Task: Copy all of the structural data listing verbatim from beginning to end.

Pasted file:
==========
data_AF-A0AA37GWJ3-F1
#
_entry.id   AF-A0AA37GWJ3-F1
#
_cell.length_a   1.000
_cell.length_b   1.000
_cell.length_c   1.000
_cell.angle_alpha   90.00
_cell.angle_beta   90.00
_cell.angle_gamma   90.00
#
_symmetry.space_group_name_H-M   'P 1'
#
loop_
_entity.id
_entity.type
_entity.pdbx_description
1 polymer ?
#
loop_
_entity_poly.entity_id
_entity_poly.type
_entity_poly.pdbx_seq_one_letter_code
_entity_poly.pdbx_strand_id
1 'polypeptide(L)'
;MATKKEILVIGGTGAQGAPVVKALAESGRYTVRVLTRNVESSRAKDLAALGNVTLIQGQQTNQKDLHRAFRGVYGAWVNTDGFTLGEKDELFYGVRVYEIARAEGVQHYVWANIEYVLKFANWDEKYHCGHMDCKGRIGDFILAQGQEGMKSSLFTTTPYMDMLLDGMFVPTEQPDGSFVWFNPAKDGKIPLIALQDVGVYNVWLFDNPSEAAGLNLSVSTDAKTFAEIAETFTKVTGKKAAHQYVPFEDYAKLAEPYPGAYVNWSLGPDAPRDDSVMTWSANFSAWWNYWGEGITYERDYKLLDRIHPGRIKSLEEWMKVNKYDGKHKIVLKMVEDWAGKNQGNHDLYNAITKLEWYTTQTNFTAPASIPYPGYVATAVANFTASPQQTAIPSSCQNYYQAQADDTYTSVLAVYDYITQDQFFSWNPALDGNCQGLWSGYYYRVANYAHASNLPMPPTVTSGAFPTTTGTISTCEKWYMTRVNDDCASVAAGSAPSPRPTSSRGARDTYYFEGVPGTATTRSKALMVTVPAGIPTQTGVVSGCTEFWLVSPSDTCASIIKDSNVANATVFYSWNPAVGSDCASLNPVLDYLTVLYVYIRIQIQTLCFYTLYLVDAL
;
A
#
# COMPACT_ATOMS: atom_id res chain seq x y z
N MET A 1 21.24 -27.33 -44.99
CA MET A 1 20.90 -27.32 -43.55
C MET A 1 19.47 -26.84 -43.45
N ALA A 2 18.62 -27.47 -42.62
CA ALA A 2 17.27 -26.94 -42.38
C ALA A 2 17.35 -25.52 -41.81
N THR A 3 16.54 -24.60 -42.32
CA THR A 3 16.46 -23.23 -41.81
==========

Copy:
data_AF-A0AA37GWJ3-F1
#
_entry.id   AF-A0AA37GWJ3-F1
#
_cell.length_a   1.000
_cell.length_b   1.000
_cell.length_c   1.000
_cell.angle_alpha   90.00
_cell.angle_beta   90.00
_cell.angle_gamma   90.00
#
_symmetry.space_group_name_H-M   'P 1'
#
loop_
_entity.id
_entity.type
_entity.pdbx_description
1 polymer ?
#
loop_
_entity_poly.entity_id
_entity_poly.type
_entity_poly.pdbx_seq_one_letter_code
_entity_poly.pdbx_strand_id
1 'polypeptide(L)'
;MATKKEILVIGGTGAQGAPVVKALAESGRYTVRVLTRNVESSRAKDLAALGNVTLIQGQQTNQKDLHRAFRGVYGAWVNTDGFTLGEKDELFYGVRVYEIARAEGVQHYVWANIEYVLKFANWDEKYHCGHMDCKGRIGDFILAQGQEGMKSSLFTTTPYMDMLLDGMFVPTEQPDGSFVWFNPAKDGKIPLIALQDVGVYNVWLFDNPSEAAGLNLSVSTDAKTFAEIAETFTKVTGKKAAHQYVPFEDYAKLAEPYPGAYVNWSLGPDAPRDDSVMTWSANFSAWWNYWGEGITYERDYKLLDRIHPGRIKSLEEWMKVNKYDGKHKIVLKMVEDWAGKNQGNHDLYNAITKLEWYTTQTNFTAPASIPYPGYVATAVANFTASPQQTAIPSSCQNYYQAQADDTYTSVLAVYDYITQDQFFSWNPALDGNCQGLWSGYYYRVANYAHASNLPMPPTVTSGAFPTTTGTISTCEKWYMTRVNDDCASVAAGSAPSPRPTSSRGARDTYYFEGVPGTATTRSKALMVTVPAGIPTQTGVVSGCTEFWLVSPSDTCASIIKDSNVANATVFYSWNPAVGSDCASLNPVLDYLTVLYVYIRIQIQTLCFYTLYLVDAL
;
A
#
# COMPACT_ATOMS: atom_id res chain seq x y z
N MET A 1 21.24 -27.33 -44.99
CA MET A 1 20.90 -27.32 -43.55
C MET A 1 19.47 -26.84 -43.45
N ALA A 2 18.62 -27.47 -42.62
CA ALA A 2 17.27 -26.94 -42.38
C ALA A 2 17.35 -25.52 -41.81
N THR A 3 16.54 -24.60 -42.32
CA THR A 3 16.46 -23.23 -41.81